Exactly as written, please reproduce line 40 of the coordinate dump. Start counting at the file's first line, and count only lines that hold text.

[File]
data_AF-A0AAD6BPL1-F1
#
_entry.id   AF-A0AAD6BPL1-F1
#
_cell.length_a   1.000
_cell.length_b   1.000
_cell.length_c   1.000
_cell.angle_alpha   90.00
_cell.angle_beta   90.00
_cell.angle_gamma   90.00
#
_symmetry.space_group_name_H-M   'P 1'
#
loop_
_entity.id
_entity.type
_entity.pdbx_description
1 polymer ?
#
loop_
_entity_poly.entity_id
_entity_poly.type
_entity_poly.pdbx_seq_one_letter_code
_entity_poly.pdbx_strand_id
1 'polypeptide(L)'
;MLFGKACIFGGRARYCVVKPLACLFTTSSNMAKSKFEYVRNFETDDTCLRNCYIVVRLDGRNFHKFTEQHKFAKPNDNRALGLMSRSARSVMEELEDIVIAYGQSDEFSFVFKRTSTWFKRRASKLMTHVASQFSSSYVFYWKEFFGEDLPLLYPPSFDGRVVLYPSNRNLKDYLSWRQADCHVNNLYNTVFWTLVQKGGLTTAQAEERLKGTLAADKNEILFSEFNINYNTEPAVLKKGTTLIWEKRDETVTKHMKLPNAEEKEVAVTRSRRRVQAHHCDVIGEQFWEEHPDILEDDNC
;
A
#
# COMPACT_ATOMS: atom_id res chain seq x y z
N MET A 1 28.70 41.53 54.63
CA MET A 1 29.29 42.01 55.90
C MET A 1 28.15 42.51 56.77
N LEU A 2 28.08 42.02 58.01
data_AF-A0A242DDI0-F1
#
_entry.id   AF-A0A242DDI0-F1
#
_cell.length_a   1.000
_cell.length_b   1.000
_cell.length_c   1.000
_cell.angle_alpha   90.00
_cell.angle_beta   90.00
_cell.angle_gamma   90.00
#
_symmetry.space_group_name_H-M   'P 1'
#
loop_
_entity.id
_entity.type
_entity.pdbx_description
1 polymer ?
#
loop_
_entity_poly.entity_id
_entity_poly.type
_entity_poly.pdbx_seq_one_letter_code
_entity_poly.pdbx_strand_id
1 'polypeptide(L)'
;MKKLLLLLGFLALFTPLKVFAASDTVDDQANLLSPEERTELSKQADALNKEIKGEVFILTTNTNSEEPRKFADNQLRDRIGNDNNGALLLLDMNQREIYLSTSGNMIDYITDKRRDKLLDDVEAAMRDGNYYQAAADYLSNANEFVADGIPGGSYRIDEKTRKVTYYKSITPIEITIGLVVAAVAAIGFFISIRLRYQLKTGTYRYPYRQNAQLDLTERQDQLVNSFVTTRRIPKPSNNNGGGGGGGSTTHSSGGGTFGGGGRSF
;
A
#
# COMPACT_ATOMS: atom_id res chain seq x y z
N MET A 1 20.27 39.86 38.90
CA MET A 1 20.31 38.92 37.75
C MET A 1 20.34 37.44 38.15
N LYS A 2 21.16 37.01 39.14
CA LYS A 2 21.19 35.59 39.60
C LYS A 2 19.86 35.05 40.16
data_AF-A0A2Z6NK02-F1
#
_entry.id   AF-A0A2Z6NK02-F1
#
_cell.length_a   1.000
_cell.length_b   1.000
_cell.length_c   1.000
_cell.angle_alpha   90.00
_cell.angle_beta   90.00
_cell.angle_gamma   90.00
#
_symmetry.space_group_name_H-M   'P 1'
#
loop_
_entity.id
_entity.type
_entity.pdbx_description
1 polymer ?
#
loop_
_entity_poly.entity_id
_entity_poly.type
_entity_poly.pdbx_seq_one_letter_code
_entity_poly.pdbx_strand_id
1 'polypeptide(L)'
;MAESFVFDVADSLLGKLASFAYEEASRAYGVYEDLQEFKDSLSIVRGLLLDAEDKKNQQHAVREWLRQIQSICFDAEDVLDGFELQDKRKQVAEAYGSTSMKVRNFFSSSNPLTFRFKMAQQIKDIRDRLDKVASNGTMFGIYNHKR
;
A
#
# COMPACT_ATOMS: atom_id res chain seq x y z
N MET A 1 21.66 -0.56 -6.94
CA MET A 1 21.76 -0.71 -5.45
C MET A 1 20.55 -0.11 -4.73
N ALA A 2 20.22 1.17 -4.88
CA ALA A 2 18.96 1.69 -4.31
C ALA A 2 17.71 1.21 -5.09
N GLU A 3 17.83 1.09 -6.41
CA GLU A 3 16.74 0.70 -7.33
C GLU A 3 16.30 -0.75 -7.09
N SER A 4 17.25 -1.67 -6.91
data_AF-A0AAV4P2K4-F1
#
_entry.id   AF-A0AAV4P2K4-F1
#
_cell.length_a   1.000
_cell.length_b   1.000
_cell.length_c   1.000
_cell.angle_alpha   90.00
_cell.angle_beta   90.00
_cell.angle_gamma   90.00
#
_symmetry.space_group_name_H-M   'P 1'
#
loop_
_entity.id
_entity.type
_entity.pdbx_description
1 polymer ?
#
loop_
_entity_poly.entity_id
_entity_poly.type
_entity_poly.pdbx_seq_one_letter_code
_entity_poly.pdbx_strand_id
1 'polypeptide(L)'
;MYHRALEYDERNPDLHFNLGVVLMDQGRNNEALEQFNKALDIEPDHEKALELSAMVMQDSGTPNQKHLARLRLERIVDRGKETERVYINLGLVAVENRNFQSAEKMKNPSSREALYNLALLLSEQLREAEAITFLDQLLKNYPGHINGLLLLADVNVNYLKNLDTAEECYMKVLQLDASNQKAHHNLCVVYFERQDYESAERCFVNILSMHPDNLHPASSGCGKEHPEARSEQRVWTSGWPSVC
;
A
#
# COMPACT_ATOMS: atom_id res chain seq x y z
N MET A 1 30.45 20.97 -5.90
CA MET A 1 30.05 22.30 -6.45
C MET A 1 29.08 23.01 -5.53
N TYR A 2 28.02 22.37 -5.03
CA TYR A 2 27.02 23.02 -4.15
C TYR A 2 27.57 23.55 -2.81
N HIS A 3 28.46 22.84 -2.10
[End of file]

_cell.length_b   1.000